8 TAKEAWAYS FROM THE FUTURE OF STARTUP FUNDING WITH VICTOR ASEMOTA

Nosa Omusi | Monday, December 4th, 2017

Last week Wednesday, the MEST Incubator Lagos held the second edition of its MEST Lagos Talks – a series which brings in relevant players in the tech ecosystem to share know-how, insight, experience and perspectives about technology, entrepreneurship and business.

The speaker for this session was Victor Asemota. Victor is one of the earliest and most influential players in the African tech ecosystem and is the Founder of SwiftaCorp, MFISA and several other companies. He is also a Google Launchpad mentor and a board member of fast-rising tech startup, Flutterwave.

The talk was titled “The Future of Startup Funding”. Here are some key takeaways.

The future of startup funding and entrepreneurship are linked

The future of startup funding is tied to the future of entrepreneurship. Startup funding and entrepreneurship are therefore dependent relationships and must be viewed as such. Startup funding is changing to match the evolution in entrepreneurship. Entrepreneurs who want to be successful at raising money must pay close attention to these trends so they can position themselves to take advantage.

Startups must begin to focus on building communities, not ecosystems

Asemota spoke about his preference for the word community as opposed to the word ecosystem. He explained that in a community there is greater emphasis on sustainability and cooperation. Many African startups are “a fish in a desert” because they are trying to survive but do not have the necessary environment or habitat to thrive.

He said he was happy with MEST’s work in creating an oasis where startups can be better prepared and equipped to face the harsh realities of entrepreneurship in Africa. He added that for startups to truly thrive on the African continent, they must work together to create synergies that will help them rise above the challenges they constantly have to overcome.

Victor Asemota spoke emphatically about the importance of building Communities

Startups must be passionate about gaining knowledge, not money

Asemota explained that the most important thing is knowledge and not money. The ancient empires which grew and thrived did so because they invested in knowledge. As global competition rises, startups must make a priority of constantly equipping themselves with relevant knowledge.

Greater investments in knowledge will cause startups to better understand the needs of their markets and the dynamics at play. This knowledge will also help them scale faster as they can anticipate challenges and put together plans to surmount them.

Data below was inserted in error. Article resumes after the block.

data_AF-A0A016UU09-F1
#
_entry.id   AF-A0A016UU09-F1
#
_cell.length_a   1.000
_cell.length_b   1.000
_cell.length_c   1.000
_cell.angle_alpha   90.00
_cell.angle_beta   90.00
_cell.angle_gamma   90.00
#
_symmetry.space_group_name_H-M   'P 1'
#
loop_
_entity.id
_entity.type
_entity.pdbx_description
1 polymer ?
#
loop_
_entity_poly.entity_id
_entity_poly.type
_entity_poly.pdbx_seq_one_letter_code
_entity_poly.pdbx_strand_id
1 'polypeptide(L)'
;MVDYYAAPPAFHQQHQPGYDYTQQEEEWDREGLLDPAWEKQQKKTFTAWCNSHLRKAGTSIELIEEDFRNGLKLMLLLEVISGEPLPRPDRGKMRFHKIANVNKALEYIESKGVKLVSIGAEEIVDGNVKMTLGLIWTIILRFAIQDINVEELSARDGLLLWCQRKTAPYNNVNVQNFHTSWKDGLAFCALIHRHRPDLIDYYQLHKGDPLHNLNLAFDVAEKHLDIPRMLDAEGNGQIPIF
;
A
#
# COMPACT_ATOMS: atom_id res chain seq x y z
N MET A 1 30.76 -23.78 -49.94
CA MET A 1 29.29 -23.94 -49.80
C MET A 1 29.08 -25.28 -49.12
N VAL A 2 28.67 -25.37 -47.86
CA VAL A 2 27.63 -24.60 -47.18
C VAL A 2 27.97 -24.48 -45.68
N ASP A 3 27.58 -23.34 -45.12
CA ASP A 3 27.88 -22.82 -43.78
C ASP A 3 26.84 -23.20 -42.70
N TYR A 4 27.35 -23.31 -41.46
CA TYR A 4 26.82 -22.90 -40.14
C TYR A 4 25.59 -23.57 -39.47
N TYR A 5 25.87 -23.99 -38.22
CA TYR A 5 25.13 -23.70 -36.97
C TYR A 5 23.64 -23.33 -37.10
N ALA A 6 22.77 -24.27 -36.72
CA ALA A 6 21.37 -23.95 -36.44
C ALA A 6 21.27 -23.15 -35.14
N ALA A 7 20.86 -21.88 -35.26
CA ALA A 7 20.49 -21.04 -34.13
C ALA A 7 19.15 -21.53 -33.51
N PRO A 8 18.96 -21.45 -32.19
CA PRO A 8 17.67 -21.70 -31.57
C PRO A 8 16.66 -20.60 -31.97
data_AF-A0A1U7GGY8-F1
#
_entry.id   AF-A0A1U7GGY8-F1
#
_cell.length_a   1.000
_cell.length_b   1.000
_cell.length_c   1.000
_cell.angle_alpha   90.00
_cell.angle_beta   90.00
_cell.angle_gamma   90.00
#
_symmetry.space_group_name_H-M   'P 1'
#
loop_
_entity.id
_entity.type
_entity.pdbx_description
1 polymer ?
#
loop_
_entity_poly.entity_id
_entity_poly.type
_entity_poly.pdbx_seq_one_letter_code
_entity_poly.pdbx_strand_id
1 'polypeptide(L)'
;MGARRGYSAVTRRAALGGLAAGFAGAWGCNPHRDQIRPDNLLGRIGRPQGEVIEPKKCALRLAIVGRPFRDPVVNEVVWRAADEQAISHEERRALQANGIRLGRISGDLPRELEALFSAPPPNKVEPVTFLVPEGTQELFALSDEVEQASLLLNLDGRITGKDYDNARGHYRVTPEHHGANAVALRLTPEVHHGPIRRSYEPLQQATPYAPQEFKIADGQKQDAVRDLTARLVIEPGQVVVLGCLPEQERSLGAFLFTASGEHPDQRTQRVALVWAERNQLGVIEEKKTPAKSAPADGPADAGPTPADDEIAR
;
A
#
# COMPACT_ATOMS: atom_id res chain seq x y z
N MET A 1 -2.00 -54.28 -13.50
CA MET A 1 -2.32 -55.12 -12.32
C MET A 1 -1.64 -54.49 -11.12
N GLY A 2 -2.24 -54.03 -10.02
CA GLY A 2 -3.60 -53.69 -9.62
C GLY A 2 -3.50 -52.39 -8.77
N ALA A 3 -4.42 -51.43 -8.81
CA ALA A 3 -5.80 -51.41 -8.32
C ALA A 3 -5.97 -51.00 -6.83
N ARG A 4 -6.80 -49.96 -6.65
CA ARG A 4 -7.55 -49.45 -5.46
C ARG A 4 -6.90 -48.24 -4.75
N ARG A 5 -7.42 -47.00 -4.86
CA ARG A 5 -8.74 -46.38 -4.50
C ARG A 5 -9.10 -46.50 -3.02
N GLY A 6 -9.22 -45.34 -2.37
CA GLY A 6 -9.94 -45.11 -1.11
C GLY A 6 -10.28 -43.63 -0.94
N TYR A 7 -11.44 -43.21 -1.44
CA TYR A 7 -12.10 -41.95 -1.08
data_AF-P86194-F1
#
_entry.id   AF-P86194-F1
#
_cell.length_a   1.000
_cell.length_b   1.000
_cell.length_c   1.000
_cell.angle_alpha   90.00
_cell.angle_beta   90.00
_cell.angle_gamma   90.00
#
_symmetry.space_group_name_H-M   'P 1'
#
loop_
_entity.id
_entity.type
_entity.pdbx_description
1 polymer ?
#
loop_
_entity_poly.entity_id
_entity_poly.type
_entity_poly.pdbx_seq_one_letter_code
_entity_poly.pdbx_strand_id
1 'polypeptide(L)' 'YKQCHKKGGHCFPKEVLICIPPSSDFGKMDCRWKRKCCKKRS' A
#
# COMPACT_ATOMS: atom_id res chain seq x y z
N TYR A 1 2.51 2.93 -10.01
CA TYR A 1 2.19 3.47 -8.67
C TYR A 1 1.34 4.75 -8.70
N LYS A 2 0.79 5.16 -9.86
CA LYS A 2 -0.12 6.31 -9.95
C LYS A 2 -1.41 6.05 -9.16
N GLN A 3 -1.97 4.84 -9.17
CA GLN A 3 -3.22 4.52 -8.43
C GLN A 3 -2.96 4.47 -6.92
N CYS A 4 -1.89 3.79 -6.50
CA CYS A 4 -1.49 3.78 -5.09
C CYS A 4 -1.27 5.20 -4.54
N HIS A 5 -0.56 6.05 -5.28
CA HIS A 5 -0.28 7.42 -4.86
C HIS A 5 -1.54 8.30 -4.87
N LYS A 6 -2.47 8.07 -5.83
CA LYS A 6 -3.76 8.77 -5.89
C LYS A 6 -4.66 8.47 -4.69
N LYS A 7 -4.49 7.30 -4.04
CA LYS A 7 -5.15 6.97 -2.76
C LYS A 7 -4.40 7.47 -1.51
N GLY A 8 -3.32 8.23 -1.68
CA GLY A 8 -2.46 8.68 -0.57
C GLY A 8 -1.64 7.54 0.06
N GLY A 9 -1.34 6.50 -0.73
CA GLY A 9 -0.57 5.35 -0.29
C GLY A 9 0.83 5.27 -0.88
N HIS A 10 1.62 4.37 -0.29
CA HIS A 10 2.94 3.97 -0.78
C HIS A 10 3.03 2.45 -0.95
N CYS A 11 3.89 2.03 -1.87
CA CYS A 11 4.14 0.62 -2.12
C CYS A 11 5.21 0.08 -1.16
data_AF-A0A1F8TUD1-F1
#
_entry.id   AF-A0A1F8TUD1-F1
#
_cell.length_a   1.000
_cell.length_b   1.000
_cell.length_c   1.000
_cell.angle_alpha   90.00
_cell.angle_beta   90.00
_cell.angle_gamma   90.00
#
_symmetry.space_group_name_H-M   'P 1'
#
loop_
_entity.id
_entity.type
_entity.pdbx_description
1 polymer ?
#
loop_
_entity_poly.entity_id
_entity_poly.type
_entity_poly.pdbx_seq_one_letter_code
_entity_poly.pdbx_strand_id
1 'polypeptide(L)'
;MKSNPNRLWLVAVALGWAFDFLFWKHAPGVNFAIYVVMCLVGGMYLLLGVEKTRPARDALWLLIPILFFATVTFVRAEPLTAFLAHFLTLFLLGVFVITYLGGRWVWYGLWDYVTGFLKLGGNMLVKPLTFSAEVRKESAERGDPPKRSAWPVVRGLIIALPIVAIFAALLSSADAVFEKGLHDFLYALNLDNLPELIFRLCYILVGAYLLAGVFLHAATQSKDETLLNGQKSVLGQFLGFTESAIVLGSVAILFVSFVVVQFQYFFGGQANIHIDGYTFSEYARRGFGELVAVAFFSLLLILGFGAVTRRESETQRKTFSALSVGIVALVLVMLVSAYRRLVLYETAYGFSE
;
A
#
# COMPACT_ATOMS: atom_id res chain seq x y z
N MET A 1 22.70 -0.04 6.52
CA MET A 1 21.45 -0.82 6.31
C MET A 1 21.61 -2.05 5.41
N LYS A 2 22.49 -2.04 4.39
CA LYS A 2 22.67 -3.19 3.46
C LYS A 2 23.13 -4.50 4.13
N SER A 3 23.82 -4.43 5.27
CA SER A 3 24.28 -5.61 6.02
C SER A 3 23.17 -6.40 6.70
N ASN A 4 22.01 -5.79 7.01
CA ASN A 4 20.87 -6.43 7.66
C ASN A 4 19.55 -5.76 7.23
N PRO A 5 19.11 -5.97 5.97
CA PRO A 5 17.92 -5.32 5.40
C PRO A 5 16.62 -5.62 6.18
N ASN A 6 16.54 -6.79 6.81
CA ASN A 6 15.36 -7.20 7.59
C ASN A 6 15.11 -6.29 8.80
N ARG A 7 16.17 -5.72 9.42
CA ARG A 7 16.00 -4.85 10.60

Startups must become less reluctant to give up some control

Studies have shown that companies which gave up some control often do better than those who do not. By giving up some control, startups can easily have access to greater expertise and capabilities and ultimately, greater funding. Many startups are reluctant because they are too focused on building “kingdoms as opposed to communities”.

Startups must carefully chose the problems they choose to solve

Startups must build their business on needs, which are relevant to their community. The more relevant the need, the easier it will be to raise funding and generate demand. Relevant needs also make it easier to get government support because it aligns with some of their strategic objectives such as employment and commerce.

Startups must invest more in data

Startups need to invest in data. Investors are now swayed by data, and not pitches, because it gives a clear and accountable picture of what is truly happening. The advent of cloud computing now gives better access to evaluate the true value of any business. A lack of data also prevents entrepreneurs and investors alike from seeing obvious correlations and utilizing opportunities.

Startups must become more innovative than ever

Startups need to seek ways of using tech to enable informal chains and systems. These include credit and thrift systems, apprenticeship and other traditional systems. By taking advantage of unstructured, pre-existing markets and ways of doing things, they can achieve more with less. This is because it is easier to leverage on an existing culture than to try and create a new one.

Entrepreneurs need to invest more in their personal brands

Entrepreneurs must invest more in their personal brands to be differentiated from the crowd. As the ecosystem widens and new players enter daily, it has become more difficult to tell one company from the other.

Entrepreneurs who differentiate themselves are more memorable and thus more relevant to potential investors. Some startups have attracted funding simply because people liked the founders or the way they did certain things.

Victor Asemota after his talk on The Future of Startup Funding

 

This edition was a huge success, and the knowledge shared went a long way to help us understand  the dynamics of Startups, Entrepreneurship and Funding. We hope to see you at the next edition!

MEST Incubator Lagos organizes regular conversations around relevant topics that are aimed at adding value to the entrepreneurs navigating the startup landscape. We will be launching a new talk series, MEST Lagos Tech Conversations, this wednesday with a conversation around cryptocurrency. Click on this link to find out more about the series and sign up for the event.